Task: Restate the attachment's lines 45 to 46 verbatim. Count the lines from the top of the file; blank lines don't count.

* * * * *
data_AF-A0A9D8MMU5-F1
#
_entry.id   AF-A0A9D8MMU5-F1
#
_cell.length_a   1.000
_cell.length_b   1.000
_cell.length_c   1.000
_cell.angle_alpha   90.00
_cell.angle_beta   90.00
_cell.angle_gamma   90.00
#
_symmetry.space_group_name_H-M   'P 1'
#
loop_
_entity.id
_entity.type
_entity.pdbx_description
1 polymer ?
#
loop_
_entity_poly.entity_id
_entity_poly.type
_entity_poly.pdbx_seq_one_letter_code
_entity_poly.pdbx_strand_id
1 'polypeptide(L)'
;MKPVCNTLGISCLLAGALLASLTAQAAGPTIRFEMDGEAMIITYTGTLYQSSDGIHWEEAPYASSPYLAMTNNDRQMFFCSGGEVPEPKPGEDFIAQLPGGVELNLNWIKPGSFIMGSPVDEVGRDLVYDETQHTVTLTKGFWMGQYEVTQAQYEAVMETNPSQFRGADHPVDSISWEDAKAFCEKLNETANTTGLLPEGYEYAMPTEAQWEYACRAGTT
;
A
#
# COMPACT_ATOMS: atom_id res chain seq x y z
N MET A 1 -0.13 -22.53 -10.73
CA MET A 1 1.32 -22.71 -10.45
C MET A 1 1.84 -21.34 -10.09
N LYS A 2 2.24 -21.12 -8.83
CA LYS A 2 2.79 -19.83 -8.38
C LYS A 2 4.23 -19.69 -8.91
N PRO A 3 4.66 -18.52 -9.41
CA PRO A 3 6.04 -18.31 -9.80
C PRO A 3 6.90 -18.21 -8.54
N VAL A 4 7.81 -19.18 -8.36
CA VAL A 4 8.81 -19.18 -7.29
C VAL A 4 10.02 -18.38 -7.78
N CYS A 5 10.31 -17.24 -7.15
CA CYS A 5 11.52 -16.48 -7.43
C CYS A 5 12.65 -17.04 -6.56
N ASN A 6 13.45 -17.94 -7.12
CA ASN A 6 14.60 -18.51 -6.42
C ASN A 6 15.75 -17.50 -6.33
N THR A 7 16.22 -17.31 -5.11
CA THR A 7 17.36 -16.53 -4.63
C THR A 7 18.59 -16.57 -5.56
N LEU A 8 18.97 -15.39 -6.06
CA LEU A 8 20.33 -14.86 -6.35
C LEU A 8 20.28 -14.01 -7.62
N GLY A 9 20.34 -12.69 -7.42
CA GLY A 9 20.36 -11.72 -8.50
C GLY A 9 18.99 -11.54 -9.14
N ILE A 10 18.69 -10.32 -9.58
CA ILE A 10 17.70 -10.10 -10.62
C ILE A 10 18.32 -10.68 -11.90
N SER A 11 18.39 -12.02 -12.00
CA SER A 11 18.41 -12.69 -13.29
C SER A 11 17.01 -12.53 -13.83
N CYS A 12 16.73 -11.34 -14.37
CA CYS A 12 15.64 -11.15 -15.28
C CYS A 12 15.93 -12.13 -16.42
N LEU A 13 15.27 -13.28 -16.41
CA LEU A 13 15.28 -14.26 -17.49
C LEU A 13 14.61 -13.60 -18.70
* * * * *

C CYS A 5 12.65 -17.04 -6.56
N ASN A 6 13.45 -17.94 -7.12